They live in the garage (unbelievably, it was on a separate deed and thus escaped the demolition), plus some sheds they've built, and surrounded by their garden and their swimming pool which also escaped the attack.
Vera Town Hall was declared the guilty party (it was run by the Partido Andalucista at the time of the events described) but the Priors never received compensation.
Now, as the authorities continue to ignore this atrocious attack on Len and Helen's civil rights, we hear that the Town Hall is now claiming some 24,843€ in legal costs against them.
Len says he'll go to jail before he pays. 

Tuesday, August 08, 2017


How Many Tourists are 'Enough'?

Tourism brings untold wealth and a huge number of jobs to Spain – yet there are now some voices raised against this summer onslaught.

Hotels often use the ‘all-inclusive’ plan, which means that the clients can drink and eat for free – within their hotel. The bar round the corner may not be too pleased, but it won’t be a member of a wealthy gremio: an association, a guild really, of powerful businessmen with ‘friends in high places’. The hotels, whether all-inclusive or not, not only set the standards for tourism (being, as it were, the owners of ‘expert opinion on all matters to do with tourism’), they also frown on anyone who stays in any establishment that isn’t one of their own.

While we wait for a caution for putting up friends in our guest bedroom, we already have fresh, stringent rules in place against short-term rentals. Leading the rentals is the Airbnb company, which puts your apartment or spare room on its books. The level of attack against this service is intense, with daily press stories bemoaning the opening up of guest-rooms to a different kind of visitor, and income to a different kind of small businessperson. In the Balearics, apparently, you can get a 40,000€ fine for renting your place to tourists. Meanwhile, a story this week in El Independiente talks of 50,000 Airbnb offers in Ibiza, 20,500 in Barcelona and over 16,000 in Madrid – money that the hotels simply aren’t getting. Seventy five million tourists visited Spain from abroad last year, and many millions more Spaniards also hit the beaches or the museums or perhaps went off to see their relatives in their pueblo. One way or another (with this heat), a lot of beer was drunk.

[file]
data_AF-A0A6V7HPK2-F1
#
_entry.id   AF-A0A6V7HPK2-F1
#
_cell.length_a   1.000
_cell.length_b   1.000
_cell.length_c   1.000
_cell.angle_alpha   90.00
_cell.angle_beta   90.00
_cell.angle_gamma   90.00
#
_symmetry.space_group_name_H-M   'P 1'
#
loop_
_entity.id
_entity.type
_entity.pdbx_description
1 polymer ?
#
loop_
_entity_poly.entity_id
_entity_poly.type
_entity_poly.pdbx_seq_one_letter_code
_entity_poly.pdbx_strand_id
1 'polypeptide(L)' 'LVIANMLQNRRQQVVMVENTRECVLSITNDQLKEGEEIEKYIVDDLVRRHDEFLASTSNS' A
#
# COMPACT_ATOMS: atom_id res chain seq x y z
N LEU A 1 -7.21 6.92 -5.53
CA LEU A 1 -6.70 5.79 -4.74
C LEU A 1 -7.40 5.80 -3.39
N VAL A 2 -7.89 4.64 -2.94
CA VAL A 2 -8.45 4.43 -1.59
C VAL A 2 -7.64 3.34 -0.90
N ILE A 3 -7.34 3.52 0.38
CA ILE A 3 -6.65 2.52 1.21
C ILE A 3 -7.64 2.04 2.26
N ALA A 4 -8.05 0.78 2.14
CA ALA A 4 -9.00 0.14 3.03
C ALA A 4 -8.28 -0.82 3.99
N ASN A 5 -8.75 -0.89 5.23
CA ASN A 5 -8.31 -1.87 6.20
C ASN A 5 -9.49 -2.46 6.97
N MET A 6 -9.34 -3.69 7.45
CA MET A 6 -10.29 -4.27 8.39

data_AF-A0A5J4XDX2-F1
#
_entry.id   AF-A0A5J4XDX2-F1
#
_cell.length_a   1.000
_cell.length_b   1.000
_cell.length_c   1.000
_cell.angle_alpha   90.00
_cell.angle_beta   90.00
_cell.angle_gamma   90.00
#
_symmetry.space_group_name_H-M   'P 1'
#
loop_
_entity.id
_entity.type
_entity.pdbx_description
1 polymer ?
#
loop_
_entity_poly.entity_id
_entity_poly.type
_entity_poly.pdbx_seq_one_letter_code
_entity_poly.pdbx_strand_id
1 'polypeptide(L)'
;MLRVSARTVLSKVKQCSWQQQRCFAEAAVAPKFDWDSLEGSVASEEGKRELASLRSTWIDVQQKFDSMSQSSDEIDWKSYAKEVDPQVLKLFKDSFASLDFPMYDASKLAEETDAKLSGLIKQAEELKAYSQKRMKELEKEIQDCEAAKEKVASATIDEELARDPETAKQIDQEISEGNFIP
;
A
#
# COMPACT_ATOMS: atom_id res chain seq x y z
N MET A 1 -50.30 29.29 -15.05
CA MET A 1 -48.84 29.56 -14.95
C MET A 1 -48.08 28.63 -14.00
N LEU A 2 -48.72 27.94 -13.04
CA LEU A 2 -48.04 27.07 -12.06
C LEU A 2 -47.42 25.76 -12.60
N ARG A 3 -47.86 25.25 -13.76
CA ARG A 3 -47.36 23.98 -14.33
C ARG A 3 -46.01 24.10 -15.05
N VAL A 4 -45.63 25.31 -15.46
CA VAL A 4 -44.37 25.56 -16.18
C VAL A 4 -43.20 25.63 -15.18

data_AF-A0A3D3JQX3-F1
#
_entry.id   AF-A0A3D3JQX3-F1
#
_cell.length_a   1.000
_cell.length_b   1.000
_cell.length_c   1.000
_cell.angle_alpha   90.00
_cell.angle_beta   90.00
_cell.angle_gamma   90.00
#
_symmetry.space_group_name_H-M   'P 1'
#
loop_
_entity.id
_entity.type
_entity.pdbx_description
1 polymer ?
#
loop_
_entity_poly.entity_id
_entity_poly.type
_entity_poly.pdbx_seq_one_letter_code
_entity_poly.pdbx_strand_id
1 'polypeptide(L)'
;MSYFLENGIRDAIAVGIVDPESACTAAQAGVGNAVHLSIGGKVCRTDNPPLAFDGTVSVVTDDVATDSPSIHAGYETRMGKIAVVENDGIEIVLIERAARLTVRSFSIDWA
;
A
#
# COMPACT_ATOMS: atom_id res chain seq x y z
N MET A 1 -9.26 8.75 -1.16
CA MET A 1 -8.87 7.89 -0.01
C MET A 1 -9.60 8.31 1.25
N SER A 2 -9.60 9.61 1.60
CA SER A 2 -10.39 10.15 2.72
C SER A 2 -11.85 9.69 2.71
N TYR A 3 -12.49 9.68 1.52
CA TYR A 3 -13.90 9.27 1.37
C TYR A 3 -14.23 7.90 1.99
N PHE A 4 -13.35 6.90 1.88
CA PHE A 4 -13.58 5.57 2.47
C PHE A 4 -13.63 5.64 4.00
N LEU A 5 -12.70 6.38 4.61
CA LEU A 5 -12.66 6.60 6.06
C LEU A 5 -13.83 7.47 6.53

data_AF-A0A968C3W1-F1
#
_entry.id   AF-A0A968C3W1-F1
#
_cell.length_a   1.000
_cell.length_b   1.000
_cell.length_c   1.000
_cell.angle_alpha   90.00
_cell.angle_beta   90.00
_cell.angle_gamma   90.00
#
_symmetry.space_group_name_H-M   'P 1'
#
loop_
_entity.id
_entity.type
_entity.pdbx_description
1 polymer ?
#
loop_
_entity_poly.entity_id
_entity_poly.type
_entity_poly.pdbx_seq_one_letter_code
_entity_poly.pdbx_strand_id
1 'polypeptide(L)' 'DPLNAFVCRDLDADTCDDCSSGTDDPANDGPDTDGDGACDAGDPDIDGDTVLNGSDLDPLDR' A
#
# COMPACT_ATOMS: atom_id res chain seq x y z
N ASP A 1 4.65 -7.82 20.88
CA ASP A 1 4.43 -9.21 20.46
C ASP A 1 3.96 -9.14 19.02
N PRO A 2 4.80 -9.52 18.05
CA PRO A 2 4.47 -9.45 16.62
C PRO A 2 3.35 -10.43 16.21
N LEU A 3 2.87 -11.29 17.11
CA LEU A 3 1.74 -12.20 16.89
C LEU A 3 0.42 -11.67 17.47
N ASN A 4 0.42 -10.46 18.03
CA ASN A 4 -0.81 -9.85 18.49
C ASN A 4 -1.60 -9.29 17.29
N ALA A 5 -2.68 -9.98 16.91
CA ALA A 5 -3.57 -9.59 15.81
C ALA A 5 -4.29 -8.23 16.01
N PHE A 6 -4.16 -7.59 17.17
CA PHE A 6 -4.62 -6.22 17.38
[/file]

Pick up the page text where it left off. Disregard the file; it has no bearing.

In some cases, following the beer and perhaps the consumption of other stimulating products available on the street corner, damage was done to the local infrastructure. Someone being sick in the garden, some kids playing their music loud around the pool, a street light wilfully broken. Ten young people sharing (and destroying) a two-bed apartment... The residents don’t like this behaviour: the trickle-down of tourist money never makes it to them. Only the noise, the queues, the inconvenience and the hassle.

How much money does tourism bring to Spain? 16% of Spain’s GDP apparently comes from the visitors. But not much of that makes it to your particular pocket if you are a waiter. An article in Iniciativa Debate talks of twelve hour shifts, seven days a week work (the owner only declares four) for 700 euros per month. The same source looks at room cleaners who get 1,50€ per room. It talks of summer rent increases from 500 to 900 euros and asks: ‘Do you suffer from turismofobia’?

So, as we see in El Español, we get groups of people, or extreme left wing gangs, or simple graffitists, or perhaps some fed-up burgers, who have had enough. They start complaining about the hoards of visitors and put up posters or graffiti of the ‘tourist go home’ variety as they start to make their presence felt.  The Government has even gone as far as to threaten a harsh reaction to anyone who practices anti-tourist activities.

Some of the tourists aren’t very happy either, with new (rather pointless) procedures at the airports adding long impatient queues for holidaymakers. What is this? Our money not good enough, they ask. The Olive Press talks here of ‘Why you may have to queue for four hours at Spanish airports’ (It’s as bad as getting into Gibraltar!).

Tourism brings jobs and wealth, but it also brings inconvenience, rental hikes, vandalism and – sometimes even airport strikes. Like most things in life – there’s the good and the bad. Our advice: head for the hills!

Monday, July 24, 2017


A Short Visit to Oporto